This audiobook is worth it for the performance alone. I would probably listen to Colin Firth read the telephone book. The story is a meditation on love, jealousy and obsession that, frankly, can seem rather dated. There's a good chance I wouldn't have bothered to finish this if I were reading it, but Firth's performance is spellbinding.
This is a masterpiece: at once a brilliant biography; a primer on 20th century NY city and state politics; and an introduction to urban planning and traffic engineering. Caro offers a fascinating object lesson on the dangers of hero worship, and how much a democracy loses when the press falls down on the job. Robertson Dean's excellent narration kept my interest throughout this very long, but extremely rewarding, book.
If I had to choose a favorite historian, it would be Gordon S. Wood. His scholarship is masterful, and he combines it with a lovely literary style that is very accessible to the general reader. This book on Benjamin Franklin - not a complete biography, but rather an exploration of how Franklin came to be the archetypal American - is a wonderful example. Read it to learn how Franklin's thinking about the British empire and and society, as well as the ancient aristocratic denigration of work, evolved into the uniquely American elevation of the "middling" classes that was readily apparent by the time of Alexis de Toqueville.
This is an excellent history of the conference that produced the Treaty of Versailles, concluding what was then called the Great War. MacMillan's mastery of the details is impressive, and she weaves a fascinating tale. Of particular interest to the contemporary reader is the way she demonstrates how the high handed treatment by the Great Powers (Britain, France and the United States) of people in Africa, Asia and especially the Middle East has consequences we still face today. She also does an excellent job of dispelling many of the popular myths about the Treaty, especially that it made World War II inevitable: as she rightly points out in her Conclusion, although the Treaty itself had many failings - and proved to be an excellent propaganda tool for Hitler - WW II was the result of actions taken (and not taken) by nations and governments in the twenty years between 1919 and 1939.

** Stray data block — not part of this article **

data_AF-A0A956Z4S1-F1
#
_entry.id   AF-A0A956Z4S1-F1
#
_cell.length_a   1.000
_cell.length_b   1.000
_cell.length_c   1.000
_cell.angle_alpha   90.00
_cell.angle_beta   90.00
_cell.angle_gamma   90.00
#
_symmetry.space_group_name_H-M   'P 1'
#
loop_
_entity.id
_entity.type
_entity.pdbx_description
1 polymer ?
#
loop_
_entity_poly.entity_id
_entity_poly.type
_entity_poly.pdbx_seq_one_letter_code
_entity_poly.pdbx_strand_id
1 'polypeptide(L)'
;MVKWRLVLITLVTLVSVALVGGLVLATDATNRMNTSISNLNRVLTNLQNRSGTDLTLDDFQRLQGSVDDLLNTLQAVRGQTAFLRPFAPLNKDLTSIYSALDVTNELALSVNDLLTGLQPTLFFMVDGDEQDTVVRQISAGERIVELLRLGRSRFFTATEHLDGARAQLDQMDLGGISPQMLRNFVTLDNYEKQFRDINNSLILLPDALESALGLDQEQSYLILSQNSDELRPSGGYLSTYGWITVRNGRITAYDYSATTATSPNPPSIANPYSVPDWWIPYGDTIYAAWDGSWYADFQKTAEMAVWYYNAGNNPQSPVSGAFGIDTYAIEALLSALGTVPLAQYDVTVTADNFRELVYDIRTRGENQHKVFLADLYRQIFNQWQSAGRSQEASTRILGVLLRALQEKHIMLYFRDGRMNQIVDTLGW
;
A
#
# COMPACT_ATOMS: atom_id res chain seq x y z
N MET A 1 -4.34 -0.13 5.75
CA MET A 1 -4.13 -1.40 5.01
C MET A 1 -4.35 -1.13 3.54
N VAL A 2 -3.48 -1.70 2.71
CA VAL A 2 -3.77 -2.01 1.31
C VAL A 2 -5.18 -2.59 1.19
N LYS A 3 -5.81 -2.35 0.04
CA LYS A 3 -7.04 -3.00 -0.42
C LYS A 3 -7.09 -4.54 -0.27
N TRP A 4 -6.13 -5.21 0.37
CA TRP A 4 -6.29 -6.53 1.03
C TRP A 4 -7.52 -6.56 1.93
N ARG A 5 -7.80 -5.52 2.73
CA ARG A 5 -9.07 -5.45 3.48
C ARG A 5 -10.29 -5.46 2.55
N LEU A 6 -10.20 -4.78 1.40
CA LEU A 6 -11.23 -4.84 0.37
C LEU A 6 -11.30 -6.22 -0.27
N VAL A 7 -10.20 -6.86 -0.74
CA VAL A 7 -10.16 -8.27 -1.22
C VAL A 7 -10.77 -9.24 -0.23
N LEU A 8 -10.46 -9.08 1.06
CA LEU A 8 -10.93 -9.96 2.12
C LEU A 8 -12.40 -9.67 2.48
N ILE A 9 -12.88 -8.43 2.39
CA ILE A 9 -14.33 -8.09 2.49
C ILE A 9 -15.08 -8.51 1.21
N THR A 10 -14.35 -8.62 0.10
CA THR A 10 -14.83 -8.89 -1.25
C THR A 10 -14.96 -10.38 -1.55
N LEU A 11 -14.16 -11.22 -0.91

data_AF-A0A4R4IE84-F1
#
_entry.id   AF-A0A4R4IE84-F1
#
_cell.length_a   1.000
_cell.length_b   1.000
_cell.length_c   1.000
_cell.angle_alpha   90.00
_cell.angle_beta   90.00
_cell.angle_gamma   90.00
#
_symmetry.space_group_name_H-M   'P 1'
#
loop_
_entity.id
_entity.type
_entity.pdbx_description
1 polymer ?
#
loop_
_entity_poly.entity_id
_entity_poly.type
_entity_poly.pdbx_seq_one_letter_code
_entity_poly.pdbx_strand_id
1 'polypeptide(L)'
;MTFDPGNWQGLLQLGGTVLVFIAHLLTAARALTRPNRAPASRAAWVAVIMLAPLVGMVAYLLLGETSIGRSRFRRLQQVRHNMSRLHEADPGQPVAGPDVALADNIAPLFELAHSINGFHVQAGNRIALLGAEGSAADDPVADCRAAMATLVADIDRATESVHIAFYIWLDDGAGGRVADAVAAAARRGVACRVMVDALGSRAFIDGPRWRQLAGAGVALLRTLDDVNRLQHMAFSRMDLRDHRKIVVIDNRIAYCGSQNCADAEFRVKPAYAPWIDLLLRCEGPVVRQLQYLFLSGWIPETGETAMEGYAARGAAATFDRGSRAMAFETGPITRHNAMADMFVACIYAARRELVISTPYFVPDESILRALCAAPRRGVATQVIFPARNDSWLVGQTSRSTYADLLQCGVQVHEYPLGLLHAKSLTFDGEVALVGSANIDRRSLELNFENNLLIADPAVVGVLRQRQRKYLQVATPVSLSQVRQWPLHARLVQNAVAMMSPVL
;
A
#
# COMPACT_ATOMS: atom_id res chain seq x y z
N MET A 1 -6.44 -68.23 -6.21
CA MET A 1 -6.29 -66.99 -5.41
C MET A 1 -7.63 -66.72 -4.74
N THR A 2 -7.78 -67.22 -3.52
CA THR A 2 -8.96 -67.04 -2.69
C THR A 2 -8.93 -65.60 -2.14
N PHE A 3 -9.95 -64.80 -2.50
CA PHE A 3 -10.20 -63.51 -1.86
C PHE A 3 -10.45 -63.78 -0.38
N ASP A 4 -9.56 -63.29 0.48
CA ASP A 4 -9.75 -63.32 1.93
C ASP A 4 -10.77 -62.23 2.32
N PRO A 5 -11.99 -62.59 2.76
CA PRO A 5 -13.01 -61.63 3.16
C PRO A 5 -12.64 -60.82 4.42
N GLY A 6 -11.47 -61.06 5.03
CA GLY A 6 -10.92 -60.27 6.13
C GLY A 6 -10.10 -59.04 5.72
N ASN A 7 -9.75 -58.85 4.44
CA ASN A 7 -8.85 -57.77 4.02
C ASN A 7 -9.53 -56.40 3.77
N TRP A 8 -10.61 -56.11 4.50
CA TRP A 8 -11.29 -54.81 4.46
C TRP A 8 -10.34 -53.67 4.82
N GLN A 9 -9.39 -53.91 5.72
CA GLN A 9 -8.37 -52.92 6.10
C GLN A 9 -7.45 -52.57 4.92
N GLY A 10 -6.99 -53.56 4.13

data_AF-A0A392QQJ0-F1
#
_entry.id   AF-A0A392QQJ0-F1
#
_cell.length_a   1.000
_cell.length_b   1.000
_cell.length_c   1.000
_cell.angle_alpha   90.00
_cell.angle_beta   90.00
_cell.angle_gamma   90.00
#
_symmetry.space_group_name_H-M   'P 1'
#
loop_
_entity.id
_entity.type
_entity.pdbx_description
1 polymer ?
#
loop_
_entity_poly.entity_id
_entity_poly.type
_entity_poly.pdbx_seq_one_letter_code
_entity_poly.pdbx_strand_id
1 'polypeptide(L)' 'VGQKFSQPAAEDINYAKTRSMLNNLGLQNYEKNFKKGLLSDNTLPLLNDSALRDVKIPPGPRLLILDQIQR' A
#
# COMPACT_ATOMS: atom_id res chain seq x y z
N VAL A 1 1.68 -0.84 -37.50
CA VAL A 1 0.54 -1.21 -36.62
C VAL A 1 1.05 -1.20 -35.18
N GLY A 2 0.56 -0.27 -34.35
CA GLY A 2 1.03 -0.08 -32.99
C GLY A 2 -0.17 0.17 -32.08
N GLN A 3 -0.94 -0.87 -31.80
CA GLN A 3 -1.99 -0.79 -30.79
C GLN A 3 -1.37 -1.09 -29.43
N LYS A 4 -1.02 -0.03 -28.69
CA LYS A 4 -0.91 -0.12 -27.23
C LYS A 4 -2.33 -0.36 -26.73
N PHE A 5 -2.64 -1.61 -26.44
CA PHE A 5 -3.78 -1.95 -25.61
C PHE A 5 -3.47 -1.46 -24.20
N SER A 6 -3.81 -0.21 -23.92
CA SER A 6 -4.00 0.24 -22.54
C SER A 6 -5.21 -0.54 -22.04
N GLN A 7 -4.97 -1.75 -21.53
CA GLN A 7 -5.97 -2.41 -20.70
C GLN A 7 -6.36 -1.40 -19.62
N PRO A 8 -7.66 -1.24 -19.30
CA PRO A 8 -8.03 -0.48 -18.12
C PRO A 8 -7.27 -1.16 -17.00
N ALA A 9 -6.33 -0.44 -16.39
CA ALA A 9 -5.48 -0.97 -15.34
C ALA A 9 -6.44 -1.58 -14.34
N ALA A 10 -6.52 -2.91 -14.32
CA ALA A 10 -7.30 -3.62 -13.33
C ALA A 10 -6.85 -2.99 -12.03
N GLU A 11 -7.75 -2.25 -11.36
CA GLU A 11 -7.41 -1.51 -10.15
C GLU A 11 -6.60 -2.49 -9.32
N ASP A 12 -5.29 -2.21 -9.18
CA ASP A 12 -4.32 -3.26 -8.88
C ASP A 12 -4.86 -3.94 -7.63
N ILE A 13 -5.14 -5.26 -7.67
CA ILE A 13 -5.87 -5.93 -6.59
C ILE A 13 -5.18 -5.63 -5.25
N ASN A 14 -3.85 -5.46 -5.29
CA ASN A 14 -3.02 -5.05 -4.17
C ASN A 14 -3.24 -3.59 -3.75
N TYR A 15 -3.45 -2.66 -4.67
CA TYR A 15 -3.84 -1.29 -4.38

According to Robert K. Massie's excellent foreword, Barbara Tuchman described herself as a writer whose subject was history. Although she was certainly scholarly in her approach, and very well educated, she was not a professional historian. She was an outstanding writer, with the ability to make historical figures come alive on the page. Her work is very well served by John Lee's outstanding narration.
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